"As long as the price is the same," said John Ammons, a manager for a Paragould, Ark., packing company, who flies often out of Memphis. "All things being equal after that, I would definitely fly Delta."

Ammons had been helped by customer service agent Cindy Reeves, who says the new emphasis on customer service is helping employees as much as passengers.

"We get to intermingle with the passengers, which makes it a lot more fun," Reeves, a 16-year Delta veteran from Burlington, said. "And it's good to hear that the top managers are taking what we do seriously and realizing that we are the face of the company. That helps morale."

Improved ratings sought

Delta's effort also includes focusing on the airline's performance in areas such as flight cancellation and on-time rates, as well as bag service. Mullin says an informal goal is to be in the top three carriers for all three measurements from the U.S. Department of Transportation.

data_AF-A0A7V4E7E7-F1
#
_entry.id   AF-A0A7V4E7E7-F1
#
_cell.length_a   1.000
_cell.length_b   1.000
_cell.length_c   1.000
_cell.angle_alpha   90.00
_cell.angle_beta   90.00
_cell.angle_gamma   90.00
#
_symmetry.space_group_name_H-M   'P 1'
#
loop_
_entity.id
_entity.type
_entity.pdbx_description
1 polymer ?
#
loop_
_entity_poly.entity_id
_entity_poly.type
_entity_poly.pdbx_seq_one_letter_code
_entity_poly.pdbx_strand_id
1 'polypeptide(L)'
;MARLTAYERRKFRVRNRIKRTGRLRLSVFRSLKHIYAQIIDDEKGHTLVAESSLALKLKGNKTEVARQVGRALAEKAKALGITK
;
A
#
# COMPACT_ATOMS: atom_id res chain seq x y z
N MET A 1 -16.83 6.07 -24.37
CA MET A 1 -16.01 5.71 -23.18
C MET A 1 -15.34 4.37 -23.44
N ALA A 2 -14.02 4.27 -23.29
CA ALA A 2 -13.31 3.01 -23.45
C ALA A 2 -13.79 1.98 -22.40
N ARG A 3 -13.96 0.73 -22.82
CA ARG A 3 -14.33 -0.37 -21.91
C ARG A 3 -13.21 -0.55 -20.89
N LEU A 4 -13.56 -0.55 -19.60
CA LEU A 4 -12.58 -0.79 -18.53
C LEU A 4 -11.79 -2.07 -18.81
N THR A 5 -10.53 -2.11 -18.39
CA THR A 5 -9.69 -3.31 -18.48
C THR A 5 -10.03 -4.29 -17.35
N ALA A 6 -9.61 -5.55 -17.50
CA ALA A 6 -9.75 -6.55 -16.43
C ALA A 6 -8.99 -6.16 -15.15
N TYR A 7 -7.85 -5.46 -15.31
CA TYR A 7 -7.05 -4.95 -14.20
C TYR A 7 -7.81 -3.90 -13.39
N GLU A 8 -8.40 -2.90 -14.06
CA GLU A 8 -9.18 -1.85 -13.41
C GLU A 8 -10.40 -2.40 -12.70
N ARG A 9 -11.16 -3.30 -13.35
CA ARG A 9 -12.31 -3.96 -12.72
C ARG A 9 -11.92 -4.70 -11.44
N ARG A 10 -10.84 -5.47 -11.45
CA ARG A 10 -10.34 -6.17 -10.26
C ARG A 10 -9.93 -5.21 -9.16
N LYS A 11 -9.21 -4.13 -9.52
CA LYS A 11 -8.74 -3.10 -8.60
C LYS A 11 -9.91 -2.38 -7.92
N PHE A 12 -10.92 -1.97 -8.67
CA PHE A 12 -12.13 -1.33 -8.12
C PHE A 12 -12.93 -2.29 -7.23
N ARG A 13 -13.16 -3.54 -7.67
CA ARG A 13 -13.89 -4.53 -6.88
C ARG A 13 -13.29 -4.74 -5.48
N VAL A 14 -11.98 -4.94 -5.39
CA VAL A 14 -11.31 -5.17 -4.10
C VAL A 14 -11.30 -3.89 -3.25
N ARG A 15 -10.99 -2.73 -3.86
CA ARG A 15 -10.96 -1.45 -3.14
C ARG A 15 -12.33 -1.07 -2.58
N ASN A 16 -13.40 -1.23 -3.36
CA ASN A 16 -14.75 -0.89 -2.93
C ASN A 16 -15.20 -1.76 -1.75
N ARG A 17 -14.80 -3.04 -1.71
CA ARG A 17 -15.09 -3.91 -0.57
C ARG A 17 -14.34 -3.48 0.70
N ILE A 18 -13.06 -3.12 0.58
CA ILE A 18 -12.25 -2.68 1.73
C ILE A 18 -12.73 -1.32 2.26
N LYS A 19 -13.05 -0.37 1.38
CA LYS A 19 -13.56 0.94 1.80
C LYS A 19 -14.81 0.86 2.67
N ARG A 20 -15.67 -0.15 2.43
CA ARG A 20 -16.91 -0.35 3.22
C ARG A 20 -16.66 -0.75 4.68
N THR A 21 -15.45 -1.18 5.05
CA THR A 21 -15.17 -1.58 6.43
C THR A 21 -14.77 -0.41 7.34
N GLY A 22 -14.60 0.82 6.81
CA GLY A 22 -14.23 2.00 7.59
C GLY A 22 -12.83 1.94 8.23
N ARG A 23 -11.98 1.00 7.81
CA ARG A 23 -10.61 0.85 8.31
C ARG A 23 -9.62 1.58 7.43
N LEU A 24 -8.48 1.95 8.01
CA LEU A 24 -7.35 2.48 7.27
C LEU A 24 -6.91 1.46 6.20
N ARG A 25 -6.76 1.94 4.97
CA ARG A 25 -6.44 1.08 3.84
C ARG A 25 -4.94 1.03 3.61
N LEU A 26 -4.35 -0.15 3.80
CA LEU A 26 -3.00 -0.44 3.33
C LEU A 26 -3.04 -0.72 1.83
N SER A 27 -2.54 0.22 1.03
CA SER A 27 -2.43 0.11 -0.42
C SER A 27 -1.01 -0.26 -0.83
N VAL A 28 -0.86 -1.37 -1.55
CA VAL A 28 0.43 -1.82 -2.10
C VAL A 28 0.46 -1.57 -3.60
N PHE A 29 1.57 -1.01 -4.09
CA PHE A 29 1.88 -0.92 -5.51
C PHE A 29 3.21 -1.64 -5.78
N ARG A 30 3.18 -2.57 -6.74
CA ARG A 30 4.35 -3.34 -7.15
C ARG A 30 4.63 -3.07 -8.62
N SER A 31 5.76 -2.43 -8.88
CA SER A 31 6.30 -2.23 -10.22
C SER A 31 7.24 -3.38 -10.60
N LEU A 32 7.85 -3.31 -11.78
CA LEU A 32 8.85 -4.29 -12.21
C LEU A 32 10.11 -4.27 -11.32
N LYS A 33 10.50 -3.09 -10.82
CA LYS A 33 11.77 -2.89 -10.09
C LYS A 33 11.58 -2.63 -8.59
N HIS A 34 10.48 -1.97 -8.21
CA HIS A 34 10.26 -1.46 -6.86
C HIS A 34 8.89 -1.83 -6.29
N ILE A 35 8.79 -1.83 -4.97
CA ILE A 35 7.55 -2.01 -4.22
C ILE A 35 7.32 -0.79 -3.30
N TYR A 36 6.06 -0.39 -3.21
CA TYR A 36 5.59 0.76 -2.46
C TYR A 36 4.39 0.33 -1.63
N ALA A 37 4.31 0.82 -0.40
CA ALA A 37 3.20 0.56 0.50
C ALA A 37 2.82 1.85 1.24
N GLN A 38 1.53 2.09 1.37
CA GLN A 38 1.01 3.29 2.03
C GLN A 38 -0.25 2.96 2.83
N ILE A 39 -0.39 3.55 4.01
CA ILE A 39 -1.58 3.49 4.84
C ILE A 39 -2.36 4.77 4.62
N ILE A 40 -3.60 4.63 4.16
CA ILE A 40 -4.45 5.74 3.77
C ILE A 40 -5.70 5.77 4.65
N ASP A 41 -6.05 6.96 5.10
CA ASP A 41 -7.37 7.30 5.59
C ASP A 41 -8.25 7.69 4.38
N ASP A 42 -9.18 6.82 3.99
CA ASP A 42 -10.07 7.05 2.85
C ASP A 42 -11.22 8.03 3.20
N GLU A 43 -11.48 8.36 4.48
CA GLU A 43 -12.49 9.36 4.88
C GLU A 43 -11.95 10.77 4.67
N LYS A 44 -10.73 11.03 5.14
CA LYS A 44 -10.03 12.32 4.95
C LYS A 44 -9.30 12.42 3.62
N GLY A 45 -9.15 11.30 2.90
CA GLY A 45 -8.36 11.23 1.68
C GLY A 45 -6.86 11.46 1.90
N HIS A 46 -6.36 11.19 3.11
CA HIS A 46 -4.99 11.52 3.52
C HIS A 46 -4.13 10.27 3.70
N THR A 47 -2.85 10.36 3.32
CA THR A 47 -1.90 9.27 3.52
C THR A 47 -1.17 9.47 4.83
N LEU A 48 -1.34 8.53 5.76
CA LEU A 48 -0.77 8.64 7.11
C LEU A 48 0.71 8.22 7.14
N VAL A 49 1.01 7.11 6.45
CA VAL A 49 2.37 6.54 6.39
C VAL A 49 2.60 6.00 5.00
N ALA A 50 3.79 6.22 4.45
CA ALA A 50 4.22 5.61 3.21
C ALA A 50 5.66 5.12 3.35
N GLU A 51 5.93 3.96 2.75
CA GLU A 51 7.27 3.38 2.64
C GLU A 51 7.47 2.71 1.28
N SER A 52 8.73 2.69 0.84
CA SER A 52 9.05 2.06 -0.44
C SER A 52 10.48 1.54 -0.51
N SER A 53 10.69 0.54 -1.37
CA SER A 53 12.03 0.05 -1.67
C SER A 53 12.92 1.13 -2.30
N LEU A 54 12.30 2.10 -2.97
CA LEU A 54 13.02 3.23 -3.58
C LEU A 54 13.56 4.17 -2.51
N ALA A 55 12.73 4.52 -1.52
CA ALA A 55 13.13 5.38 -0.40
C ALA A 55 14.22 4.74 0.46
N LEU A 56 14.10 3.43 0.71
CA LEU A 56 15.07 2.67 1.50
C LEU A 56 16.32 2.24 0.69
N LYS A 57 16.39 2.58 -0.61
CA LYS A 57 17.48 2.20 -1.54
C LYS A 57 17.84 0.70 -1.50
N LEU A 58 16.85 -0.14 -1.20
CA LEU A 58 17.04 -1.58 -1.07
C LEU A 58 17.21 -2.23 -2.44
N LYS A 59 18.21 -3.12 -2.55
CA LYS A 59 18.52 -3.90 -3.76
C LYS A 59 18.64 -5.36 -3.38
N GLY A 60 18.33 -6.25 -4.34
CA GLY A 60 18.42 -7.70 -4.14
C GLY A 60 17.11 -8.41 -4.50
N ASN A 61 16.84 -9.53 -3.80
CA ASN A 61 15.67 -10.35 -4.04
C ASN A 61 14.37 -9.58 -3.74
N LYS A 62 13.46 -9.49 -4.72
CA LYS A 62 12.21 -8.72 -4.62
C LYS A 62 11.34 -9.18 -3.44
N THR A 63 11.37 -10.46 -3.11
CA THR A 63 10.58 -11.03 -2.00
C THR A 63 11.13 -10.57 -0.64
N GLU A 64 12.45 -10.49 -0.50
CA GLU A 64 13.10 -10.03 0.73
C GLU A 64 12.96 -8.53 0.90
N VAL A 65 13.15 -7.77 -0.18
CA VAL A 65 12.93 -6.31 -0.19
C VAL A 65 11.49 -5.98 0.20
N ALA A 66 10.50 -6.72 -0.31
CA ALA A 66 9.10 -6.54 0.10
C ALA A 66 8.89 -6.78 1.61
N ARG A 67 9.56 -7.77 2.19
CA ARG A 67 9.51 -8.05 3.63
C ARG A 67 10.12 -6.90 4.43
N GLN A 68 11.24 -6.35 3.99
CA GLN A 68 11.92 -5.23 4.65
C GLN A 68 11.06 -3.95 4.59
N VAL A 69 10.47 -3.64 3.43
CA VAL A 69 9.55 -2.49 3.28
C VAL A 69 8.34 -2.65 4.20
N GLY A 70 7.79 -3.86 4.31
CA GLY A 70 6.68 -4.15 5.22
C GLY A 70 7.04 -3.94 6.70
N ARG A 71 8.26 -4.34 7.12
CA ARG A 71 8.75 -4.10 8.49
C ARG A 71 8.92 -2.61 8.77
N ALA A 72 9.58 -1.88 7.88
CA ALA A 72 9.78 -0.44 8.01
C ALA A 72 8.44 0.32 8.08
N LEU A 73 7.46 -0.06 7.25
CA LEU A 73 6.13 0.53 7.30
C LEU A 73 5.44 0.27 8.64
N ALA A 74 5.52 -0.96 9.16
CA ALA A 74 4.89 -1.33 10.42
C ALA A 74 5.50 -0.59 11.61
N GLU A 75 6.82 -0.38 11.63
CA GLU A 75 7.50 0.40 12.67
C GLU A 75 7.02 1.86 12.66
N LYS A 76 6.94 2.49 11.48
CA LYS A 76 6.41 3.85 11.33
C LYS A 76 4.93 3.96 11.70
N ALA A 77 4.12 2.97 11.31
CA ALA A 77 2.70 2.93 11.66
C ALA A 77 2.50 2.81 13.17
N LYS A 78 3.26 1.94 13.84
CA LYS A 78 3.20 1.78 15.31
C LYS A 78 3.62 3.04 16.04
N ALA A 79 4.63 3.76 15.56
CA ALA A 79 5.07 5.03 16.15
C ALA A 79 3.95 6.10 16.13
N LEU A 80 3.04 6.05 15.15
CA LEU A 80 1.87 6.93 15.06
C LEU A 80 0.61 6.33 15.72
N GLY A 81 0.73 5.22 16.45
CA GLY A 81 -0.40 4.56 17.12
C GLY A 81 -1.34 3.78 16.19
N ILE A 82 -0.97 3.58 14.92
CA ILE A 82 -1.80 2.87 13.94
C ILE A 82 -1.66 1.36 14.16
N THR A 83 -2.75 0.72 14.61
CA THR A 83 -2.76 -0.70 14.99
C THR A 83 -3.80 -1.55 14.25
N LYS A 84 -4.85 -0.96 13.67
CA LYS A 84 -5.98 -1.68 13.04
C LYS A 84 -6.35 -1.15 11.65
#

The airline currently ranks fifth between August 2002 and July 2003 for on-time arrivals at 82.8 percent among the top 17 airlines, according to the latest report by the department. Delta ranked fifth in July with a cancellation rate of 0.8 percent, and it ranked eighth in mishandled bags with a rate of 3.7 bags lost per 1,000 passengers. Airline officials say that 99 percent of mishandled bags arrive on the next flight.

But the new focus also stresses a back-to-basics emphasis for front-line workers.

The workers are being asked to be friendlier and more helpful to help Delta recapture its reputation of going the extra step, something veteran Delta fliers say has been missing for a long time.

Airport workers are now stressing the "high five" approach, focusing on being welcoming, helpful, efficient, caring and proactive.

Flight attendants are being given a small card that lists 10 things that they can do to improve service, including "owning the boarding door" by greeting "each customer in a genuine, caring, and appreciative way, knowing that we may be the customer's first personal contact with Delta."

"This is very clear that this is not new news, and we are getting back to the playbook that we wrote in the first place," said Sharon Wibben, Delta's vice president of in-flight operations. "This gets back to the basic things that customers are asking for."